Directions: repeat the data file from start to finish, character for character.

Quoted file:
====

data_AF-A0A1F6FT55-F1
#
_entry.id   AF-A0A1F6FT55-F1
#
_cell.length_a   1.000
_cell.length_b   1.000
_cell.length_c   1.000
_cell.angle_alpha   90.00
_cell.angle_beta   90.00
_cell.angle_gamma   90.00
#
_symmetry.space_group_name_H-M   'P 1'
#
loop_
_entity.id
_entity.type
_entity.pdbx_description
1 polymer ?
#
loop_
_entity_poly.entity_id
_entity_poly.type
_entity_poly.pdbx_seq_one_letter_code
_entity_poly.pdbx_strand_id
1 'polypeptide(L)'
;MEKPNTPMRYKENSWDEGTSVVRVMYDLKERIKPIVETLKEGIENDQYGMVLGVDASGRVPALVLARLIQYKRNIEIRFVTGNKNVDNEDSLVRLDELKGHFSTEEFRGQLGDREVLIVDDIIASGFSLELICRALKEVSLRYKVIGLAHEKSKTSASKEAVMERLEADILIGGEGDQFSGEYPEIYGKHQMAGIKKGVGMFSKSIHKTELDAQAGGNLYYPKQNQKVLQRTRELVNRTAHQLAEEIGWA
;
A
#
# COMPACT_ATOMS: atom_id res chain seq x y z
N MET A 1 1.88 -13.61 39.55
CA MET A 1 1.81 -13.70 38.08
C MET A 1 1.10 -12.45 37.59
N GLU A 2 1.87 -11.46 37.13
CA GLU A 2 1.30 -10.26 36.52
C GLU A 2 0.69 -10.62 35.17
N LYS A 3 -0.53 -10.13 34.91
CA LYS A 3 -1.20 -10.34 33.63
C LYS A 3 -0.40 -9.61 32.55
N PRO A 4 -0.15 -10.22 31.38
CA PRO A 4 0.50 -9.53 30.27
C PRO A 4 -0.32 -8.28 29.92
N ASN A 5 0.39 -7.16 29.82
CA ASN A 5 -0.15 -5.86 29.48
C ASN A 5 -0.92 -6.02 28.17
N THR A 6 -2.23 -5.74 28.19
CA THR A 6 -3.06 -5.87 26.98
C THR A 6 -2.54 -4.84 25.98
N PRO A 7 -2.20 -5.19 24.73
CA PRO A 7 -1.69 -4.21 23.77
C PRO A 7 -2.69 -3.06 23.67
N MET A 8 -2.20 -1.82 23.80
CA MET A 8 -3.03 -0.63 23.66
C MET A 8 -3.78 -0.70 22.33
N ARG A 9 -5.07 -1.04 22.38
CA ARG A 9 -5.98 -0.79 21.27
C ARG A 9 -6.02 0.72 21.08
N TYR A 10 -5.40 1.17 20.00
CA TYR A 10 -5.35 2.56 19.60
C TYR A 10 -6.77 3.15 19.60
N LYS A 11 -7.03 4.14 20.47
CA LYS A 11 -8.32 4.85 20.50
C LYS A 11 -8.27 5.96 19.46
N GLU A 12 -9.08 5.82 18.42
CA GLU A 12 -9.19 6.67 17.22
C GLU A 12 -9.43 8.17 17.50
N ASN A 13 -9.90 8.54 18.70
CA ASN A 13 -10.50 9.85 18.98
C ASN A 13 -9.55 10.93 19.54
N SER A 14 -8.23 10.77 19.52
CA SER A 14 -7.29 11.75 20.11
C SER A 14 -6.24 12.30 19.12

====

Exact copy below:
data_AF-A0A1F6FT55-F1
#
_entry.id   AF-A0A1F6FT55-F1
#
_cell.length_a   1.000
_cell.length_b   1.000
_cell.length_c   1.000
_cell.angle_alpha   90.00
_cell.angle_beta   90.00
_cell.angle_gamma   90.00
#
_symmetry.space_group_name_H-M   'P 1'
#
loop_
_entity.id
_entity.type
_entity.pdbx_description
1 polymer ?
#
loop_
_entity_poly.entity_id
_entity_poly.type
_entity_poly.pdbx_seq_one_letter_code
_entity_poly.pdbx_strand_id
1 'polypeptide(L)'
;MEKPNTPMRYKENSWDEGTSVVRVMYDLKERIKPIVETLKEGIENDQYGMVLGVDASGRVPALVLARLIQYKRNIEIRFVTGNKNVDNEDSLVRLDELKGHFSTEEFRGQLGDREVLIVDDIIASGFSLELICRALKEVSLRYKVIGLAHEKSKTSASKEAVMERLEADILIGGEGDQFSGEYPEIYGKHQMAGIKKGVGMFSKSIHKTELDAQAGGNLYYPKQNQKVLQRTRELVNRTAHQLAEEIGWA
;
A
#
# COMPACT_ATOMS: atom_id res chain seq x y z
N MET A 1 1.88 -13.61 39.55
CA MET A 1 1.81 -13.70 38.08
C MET A 1 1.10 -12.45 37.59
N GLU A 2 1.87 -11.46 37.13
CA GLU A 2 1.30 -10.26 36.52
C GLU A 2 0.69 -10.62 35.17
N LYS A 3 -0.53 -10.13 34.91
CA LYS A 3 -1.20 -10.34 33.63
C LYS A 3 -0.40 -9.61 32.55
N PRO A 4 -0.15 -10.22 31.38
CA PRO A 4 0.50 -9.53 30.27
C PRO A 4 -0.32 -8.28 29.92
N ASN A 5 0.39 -7.16 29.82
CA ASN A 5 -0.15 -5.86 29.48
C ASN A 5 -0.92 -6.02 28.17
N THR A 6 -2.23 -5.74 28.19
CA THR A 6 -3.06 -5.87 26.98
C THR A 6 -2.54 -4.84 25.98
N PRO A 7 -2.20 -5.19 24.73
CA PRO A 7 -1.69 -4.21 23.77
C PRO A 7 -2.69 -3.06 23.67
N MET A 8 -2.20 -1.82 23.80
CA MET A 8 -3.03 -0.63 23.66
C MET A 8 -3.78 -0.70 22.33
N ARG A 9 -5.07 -1.04 22.38
CA ARG A 9 -5.98 -0.79 21.27
C ARG A 9 -6.02 0.72 21.08
N TYR A 10 -5.40 1.17 20.00
CA TYR A 10 -5.35 2.56 19.60
C TYR A 10 -6.77 3.15 19.60
N LYS A 11 -7.03 4.14 20.47
CA LYS A 11 -8.32 4.85 20.50
C LYS A 11 -8.27 5.96 19.46
N GLU A 12 -9.08 5.82 18.42
CA GLU A 12 -9.19 6.67 17.22
C GLU A 12 -9.43 8.17 17.50
N ASN A 13 -9.90 8.54 18.70
CA ASN A 13 -10.50 9.85 18.98
C ASN A 13 -9.55 10.93 19.54
N SER A 14 -8.23 10.77 19.52
CA SER A 14 -7.29 11.75 20.11
C SER A 14 -6.24 12.30 19.12